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Hunter Biden prosecutors oppose bid for virtual hearing on gun charges

Special counsel David Weiss has formally come out against a request from lawyers for Hunter Biden to hold a virtual hearing on gun charges brought against the first son, arguing an in-person hearing would better ensure public confidence that the case was being handled properly.

Weiss asked US Magistrate Judge Christopher Burke on Wednesday to deny Biden attorney Abbe Lowell’s request to hold a remote hearing, saying the 53-year-old should not be treated differently than other defendants, court filings show.

“An in-person hearing is important to promote the public’s confidence that the defendant is being treated consistently with other defendants in this District and in other Districts,” Weiss wrote.

Lowell argued in a Tuesday filing that an in-person hearing would be a “logistical burden” and financial strain on the US Secret Service and US Marshals Service to coordinate Hunter’s as-yet-unscheduled appearance in Wilmington, Del., federal court.

However, Weiss pointed out in his own filing that there was no precedent to avoid hearings for those reasons.

“Hunter Biden does not contend he is injured or indigent,” he wrote. “If ‘convenience’ was a legitimate basis to warrant virtual proceedings, every defendant would ask for them in every case.”

Weiss also said holding the hearing by video teleconference may prevent the judge from assessing Hunter’s “physical, emotional, and mental condition” — which would help in determining whether to detain or release him.

Further, he noted that deliberations at Hunter’s July 26 plea hearing had descended into “confusion” as the parties disagreed about the scope of their agreement — and decided to scrap it.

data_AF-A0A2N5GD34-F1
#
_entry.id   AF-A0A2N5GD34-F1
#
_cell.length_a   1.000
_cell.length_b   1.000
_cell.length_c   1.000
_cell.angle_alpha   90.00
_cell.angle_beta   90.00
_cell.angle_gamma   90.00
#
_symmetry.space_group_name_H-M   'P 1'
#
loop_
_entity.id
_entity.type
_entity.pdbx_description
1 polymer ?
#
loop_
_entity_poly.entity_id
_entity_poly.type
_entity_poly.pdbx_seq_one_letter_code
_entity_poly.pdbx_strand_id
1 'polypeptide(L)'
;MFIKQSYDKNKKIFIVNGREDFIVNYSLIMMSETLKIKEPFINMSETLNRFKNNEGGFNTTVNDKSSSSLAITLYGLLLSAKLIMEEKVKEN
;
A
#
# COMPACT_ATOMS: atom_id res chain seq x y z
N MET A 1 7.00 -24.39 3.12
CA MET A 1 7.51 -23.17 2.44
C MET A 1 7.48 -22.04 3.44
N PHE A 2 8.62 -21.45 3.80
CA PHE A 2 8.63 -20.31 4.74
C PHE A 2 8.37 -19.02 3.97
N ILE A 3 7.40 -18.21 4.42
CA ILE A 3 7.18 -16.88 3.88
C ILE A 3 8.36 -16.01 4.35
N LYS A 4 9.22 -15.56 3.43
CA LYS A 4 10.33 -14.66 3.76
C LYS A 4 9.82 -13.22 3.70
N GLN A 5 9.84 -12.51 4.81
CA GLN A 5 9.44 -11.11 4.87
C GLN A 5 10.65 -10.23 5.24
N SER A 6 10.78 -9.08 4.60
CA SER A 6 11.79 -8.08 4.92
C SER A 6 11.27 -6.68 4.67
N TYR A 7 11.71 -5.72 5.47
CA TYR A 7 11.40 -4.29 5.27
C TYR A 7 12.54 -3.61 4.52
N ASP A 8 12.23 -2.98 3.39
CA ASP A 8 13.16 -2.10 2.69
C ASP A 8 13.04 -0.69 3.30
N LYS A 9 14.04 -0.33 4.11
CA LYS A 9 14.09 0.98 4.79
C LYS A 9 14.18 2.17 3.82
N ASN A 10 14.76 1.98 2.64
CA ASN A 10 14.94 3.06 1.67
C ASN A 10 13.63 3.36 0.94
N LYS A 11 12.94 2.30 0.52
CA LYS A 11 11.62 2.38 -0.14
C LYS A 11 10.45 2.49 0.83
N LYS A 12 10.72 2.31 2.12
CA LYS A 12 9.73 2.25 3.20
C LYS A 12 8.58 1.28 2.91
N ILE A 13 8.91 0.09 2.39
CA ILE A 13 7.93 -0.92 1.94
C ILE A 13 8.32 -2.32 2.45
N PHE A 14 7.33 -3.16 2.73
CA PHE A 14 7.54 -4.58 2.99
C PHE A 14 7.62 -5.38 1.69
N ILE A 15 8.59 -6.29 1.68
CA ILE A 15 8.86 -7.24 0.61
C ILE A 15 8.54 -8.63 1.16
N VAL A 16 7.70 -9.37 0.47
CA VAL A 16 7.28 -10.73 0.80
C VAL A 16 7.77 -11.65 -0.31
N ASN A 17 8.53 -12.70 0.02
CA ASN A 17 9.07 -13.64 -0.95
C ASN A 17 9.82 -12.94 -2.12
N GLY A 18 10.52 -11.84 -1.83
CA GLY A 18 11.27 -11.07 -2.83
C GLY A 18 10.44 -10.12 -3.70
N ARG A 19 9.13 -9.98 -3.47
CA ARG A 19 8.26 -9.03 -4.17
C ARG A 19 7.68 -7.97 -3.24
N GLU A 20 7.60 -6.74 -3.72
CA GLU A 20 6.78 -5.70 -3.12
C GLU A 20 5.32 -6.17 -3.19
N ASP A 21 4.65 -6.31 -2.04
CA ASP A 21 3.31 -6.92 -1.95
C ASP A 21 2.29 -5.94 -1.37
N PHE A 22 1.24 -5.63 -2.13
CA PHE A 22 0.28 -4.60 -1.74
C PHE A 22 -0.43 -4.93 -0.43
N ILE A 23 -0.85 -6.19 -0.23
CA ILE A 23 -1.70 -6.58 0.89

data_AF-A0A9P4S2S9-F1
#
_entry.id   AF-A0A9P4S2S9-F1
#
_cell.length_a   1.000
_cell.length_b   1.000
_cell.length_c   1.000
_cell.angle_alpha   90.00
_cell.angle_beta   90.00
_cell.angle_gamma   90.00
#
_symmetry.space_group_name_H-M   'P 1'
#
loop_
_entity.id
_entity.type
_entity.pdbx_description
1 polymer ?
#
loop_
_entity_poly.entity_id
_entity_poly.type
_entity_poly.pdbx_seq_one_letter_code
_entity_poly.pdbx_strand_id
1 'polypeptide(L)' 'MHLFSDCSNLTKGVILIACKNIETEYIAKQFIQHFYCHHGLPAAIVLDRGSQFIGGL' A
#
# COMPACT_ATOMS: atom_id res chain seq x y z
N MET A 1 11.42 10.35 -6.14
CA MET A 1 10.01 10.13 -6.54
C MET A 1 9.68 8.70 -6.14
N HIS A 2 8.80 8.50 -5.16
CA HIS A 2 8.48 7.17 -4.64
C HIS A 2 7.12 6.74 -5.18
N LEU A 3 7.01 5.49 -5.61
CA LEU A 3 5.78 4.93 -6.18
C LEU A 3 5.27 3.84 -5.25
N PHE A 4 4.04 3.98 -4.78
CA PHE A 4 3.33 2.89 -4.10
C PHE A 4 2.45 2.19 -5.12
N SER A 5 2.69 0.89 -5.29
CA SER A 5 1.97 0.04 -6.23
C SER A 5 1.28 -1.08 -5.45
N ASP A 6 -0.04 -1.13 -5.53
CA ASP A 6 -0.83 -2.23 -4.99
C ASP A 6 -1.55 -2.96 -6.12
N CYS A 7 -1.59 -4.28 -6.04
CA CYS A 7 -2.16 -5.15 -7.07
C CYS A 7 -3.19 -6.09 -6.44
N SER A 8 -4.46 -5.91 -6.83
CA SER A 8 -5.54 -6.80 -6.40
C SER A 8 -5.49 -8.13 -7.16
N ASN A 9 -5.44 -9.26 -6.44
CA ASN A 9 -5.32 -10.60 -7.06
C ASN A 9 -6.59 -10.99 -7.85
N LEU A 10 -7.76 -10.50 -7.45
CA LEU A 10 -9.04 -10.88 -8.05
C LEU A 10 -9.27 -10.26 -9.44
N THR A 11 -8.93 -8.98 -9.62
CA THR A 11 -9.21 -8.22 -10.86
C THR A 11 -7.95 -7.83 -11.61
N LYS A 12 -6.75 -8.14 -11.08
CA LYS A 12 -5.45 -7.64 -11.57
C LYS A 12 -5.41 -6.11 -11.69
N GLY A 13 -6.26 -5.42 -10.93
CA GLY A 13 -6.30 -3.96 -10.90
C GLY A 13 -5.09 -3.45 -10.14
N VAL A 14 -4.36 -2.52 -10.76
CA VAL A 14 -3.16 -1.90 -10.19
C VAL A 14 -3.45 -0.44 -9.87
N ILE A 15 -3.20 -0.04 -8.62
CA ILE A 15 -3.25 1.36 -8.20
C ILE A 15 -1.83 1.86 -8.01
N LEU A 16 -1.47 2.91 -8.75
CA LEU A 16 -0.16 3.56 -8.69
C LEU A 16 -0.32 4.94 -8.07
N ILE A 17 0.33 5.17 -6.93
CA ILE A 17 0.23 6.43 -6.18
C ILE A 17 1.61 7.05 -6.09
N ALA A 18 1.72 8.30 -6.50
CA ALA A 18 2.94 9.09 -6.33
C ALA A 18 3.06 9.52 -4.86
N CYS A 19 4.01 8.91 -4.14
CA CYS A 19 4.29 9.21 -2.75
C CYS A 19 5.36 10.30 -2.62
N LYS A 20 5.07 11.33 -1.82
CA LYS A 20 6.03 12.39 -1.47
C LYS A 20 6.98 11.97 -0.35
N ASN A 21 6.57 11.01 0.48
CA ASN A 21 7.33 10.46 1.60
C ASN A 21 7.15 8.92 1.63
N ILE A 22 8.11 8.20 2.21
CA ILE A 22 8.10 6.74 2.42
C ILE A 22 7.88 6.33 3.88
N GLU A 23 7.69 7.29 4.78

“For example, the defendant provided contradictory testimony and his previous attorney apologized to the court for the way the defendant and his counsel chose to answer the Court’s questions,” Weiss said.

“The confusion they caused resulted in the Court twice recessing the proceeding only to ultimately defer a decision on the proposed and subsequently withdrawn diversion and plea agreements.

“Although the government anticipates this proceeding should be straightforward since the parties have not reached an agreement to resolve this matter, we believe an in-person proceeding may be more conducive to addressing any unforeseen issues that arise,” Weiss went on.

On Sept. 14, Weiss charged Hunter Biden with three counts of having lied about his drug use when purchasing a firearm in 2018. The first son admitted in his 2021 memoir “Beautiful Things” to using crack cocaine during that time.

Lowell said on Tuesday that he expects his client to plead not guilty to the charges, which carry a maximum sentence of 25 years in prison.

On Sept. 14, Weiss charged Hunter Biden with three counts of having lied about his drug use when purchasing a firearm in 2018. The first son admitted in his 2021 memoir “Beautiful Things” to using crack cocaine during that time.

Both Weiss and Lowell have supported conditions of release approved by a federal judge that require the first son to remain sober, submit to drug testing, seek employment and inform the court of all his travel plans.

Hunter’s plea deal blew up in federal court under persistent questioning from Delaware US District Judge Maryellen Noreika, who asked prosecutors about an immunity provision that would have kept them from charging Hunter for past crimes.

A scrapped diversion agreement for the gun offense included in that plea deal would have also allowed his record to be expunged if he complied with the terms of his probation.

Hunter’s plea agreement would have slapped him with two years of probation for failing to pay taxes on more than $2 million he earned in foreign income from business dealings in China and Ukraine, among other countries.

IRS whistleblowers have alleged the Biden Justice Department interfered with the federal investigation into the president’s son, who may have violated foreign lobbying laws

House Republicans have since launched an impeachment inquiry into President Biden to determine whether he profited from or influenced US policy in response to Hunter’s business ventures.

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